Confidential taxpayer information might be at risk in Weld County, CO due to warrantless immigration searches being conducted by the Sheriff's office.

Postponing E-verify - The federal government has agreed to postpone implementing the E-Verify regulation for federal contractors until May 21, 2009 at the earliest, a business group said today.  Federal officials agreed to a request by the U.S. Chamber of Commerce to postpone enforcement of the regulation so that the rule can be reviewed by the Barack Obama administration, the organization said in a news release.  It is the second time the federal government has pushed back the deadline. Under the new agreement, federal contractors will
not need to comply with E-Verify until May 21.

Layoffs mean more than lost wages for H-1B visa holders

Obama Must Embrace Immigrants to Reform Economy 

Amidst Having No Identity and No Agenda, the GOP Attacks Immigrants Again in Economic Stimulus Debate


This image was the headline on the Huffington Post website, until our post on "The Star Spanglish Banner" took its place for most of the day, and it goes very well with a piece in the Washington Post today by  Manuel Roig-Franzia.  As Republicans have a national meeting this week, they search for their misshapen identity.  In the meantime, since they have nothing else to propose and know nothing other than the exploitation of racial fear and hate, they decided to issue a statement claiming that the stimulus bill would help undocumented immigrants:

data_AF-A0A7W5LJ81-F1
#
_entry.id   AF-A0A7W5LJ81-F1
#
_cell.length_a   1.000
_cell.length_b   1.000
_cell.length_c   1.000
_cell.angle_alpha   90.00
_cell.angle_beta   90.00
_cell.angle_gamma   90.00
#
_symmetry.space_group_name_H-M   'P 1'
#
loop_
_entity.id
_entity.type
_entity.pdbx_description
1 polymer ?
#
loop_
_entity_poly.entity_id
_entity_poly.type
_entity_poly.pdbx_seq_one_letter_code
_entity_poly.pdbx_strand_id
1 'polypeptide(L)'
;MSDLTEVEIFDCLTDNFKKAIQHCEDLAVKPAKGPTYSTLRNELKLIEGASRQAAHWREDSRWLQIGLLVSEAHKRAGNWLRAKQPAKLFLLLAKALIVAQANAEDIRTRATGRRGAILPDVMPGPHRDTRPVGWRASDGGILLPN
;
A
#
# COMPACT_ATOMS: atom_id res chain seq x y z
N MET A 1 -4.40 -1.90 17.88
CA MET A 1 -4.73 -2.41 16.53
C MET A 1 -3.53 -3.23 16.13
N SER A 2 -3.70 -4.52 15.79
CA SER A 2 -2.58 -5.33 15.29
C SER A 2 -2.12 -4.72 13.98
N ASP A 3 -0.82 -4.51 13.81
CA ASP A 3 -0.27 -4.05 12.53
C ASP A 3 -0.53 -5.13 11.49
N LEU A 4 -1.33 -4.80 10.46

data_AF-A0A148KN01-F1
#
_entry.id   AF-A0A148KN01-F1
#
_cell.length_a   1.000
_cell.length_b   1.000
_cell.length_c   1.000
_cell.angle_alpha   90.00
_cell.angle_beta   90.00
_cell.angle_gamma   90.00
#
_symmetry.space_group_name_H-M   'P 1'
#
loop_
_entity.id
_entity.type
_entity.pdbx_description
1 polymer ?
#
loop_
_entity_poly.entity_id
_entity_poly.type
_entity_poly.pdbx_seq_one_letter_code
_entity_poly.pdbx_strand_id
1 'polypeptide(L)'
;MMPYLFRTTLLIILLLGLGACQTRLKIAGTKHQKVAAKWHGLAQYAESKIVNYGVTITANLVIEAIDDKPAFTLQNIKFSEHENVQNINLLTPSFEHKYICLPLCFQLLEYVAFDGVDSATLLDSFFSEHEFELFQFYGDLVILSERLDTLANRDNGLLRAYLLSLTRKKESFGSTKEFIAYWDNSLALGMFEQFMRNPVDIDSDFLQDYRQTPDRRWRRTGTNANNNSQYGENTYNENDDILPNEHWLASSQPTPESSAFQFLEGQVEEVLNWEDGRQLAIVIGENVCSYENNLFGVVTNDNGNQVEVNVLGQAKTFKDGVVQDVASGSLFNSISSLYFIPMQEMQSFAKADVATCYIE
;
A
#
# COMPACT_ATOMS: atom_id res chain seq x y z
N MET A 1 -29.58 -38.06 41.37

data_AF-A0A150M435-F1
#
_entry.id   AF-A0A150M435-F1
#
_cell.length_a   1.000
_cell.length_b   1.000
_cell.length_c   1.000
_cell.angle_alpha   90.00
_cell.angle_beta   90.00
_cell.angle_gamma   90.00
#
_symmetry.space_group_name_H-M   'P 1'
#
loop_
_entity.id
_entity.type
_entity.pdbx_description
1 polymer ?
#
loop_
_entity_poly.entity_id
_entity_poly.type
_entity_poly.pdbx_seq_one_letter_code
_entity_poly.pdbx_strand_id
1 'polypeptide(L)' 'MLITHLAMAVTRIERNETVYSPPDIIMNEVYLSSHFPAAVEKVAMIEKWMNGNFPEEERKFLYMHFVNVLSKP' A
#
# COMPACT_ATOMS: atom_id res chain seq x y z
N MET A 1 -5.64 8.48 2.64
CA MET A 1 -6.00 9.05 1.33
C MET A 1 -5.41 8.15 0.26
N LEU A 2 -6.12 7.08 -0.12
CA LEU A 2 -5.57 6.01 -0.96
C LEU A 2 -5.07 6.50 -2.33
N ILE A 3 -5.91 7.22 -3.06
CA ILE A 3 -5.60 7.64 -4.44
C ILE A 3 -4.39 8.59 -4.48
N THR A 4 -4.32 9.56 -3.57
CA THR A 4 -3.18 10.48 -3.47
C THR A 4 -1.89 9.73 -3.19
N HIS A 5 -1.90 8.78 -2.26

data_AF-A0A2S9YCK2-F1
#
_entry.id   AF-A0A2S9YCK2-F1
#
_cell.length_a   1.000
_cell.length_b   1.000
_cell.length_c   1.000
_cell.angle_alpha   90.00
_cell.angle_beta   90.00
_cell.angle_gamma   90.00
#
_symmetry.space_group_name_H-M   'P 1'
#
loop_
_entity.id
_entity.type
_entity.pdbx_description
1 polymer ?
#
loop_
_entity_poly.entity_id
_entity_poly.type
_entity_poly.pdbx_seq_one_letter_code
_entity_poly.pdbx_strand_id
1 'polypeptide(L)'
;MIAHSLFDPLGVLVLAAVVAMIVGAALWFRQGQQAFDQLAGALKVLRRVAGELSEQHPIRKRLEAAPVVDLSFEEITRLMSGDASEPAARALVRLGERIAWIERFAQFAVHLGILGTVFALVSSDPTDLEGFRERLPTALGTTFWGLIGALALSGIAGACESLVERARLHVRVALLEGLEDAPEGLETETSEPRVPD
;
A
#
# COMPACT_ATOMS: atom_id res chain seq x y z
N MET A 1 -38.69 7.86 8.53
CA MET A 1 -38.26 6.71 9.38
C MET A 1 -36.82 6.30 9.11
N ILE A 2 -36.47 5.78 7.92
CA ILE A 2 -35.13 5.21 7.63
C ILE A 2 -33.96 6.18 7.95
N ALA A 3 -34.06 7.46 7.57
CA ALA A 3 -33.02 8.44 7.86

The $800 billion-plus economic stimulus measure making its way through Congress could steer government checks to illegal immigrants......The legislation, which would send tax credits of $500 per worker and $1,000 per couple, expressly disqualifies nonresident aliens, but it would allow people who do not have Social Security numbers to be eligible for the checks.